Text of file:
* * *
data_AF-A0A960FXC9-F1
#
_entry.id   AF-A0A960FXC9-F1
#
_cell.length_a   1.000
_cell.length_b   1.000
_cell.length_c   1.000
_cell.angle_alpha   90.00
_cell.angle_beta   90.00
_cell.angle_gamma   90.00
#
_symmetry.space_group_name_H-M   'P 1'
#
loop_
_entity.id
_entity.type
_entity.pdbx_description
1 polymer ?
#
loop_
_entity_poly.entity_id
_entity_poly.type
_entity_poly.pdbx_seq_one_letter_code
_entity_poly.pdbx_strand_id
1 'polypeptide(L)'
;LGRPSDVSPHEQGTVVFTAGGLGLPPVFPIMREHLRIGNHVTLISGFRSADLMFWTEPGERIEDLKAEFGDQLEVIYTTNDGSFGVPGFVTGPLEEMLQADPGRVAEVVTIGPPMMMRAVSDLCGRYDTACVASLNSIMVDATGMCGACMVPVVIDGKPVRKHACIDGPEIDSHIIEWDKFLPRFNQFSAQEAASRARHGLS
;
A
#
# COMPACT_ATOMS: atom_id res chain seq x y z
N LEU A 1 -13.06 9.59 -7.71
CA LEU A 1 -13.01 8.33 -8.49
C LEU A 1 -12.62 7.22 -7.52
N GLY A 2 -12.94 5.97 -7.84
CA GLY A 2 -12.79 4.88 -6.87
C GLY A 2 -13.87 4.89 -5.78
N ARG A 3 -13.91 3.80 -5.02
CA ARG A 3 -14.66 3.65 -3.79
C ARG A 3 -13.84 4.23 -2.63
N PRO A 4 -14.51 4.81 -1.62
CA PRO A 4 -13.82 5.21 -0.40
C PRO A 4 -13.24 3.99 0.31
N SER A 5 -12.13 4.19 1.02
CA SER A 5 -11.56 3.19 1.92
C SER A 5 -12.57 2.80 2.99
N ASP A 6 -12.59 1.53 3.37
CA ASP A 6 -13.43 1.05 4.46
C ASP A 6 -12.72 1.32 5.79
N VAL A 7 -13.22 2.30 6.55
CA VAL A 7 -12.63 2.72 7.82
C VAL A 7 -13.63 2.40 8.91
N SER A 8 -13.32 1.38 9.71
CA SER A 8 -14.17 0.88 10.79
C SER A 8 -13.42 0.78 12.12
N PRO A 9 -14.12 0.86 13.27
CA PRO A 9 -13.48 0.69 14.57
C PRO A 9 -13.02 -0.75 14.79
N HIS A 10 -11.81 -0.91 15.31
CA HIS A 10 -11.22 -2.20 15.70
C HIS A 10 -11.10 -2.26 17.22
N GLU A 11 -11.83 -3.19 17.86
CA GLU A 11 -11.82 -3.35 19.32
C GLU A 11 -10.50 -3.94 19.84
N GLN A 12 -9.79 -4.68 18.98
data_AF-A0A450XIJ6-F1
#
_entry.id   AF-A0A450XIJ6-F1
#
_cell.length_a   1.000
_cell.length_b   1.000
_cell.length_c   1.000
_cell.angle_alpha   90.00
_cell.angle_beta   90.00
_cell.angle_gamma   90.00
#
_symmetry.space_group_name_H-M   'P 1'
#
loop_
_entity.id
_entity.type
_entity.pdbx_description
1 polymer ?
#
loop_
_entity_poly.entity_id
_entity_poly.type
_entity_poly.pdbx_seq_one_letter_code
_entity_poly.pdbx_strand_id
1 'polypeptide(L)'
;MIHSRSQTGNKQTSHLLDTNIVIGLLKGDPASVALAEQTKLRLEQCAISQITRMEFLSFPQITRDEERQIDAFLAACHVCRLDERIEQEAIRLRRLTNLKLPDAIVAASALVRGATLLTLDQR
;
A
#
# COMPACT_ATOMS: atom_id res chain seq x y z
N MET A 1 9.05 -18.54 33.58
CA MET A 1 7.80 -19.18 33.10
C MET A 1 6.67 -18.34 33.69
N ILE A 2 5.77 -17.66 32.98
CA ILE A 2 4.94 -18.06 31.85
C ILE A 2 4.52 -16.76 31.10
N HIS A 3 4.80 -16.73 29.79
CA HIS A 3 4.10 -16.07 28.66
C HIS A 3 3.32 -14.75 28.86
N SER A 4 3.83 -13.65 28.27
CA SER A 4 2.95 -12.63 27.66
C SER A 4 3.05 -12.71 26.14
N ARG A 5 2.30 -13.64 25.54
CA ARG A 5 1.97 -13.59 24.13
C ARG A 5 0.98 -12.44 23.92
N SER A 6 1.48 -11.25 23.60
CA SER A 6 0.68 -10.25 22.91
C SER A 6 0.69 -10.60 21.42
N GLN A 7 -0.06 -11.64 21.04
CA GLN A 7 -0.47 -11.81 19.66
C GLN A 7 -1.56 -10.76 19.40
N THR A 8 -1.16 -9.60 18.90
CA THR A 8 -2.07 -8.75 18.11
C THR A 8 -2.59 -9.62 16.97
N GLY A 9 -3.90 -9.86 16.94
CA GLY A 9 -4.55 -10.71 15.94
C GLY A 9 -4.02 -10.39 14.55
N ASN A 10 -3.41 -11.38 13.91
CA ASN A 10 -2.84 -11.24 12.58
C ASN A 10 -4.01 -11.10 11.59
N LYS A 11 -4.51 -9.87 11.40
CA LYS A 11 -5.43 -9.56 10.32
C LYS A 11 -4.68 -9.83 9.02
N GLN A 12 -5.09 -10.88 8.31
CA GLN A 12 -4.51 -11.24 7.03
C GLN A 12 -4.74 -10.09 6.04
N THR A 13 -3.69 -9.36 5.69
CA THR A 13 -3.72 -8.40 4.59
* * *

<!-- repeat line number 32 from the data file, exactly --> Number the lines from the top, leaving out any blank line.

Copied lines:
CA LEU A 1 -13.01 8.33 -8.49